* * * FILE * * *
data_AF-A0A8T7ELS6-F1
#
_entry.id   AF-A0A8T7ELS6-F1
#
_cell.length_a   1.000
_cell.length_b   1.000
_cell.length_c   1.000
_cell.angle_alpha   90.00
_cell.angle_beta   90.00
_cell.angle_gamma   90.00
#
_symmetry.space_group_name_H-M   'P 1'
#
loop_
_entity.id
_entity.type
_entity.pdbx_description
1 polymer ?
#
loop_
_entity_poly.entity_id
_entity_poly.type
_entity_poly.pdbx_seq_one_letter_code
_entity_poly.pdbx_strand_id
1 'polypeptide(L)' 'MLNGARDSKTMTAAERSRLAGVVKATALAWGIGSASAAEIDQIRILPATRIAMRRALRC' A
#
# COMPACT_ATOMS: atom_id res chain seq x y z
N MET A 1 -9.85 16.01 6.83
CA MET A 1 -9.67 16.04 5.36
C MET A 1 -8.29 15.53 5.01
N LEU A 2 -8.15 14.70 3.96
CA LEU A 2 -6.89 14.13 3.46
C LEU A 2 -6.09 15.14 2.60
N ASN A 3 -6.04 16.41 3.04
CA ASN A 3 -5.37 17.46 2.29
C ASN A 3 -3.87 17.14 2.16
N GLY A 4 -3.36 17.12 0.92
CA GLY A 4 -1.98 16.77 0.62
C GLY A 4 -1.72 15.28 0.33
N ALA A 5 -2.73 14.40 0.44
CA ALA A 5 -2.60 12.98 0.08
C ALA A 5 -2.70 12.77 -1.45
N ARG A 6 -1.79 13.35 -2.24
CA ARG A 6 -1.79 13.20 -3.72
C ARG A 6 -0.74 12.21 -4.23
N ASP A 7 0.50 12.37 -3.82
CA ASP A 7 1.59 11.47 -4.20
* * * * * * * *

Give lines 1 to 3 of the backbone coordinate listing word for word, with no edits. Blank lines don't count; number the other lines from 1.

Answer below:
data_AF-A0A8T7ELS6-F1
#
_entry.id   AF-A0A8T7ELS6-F1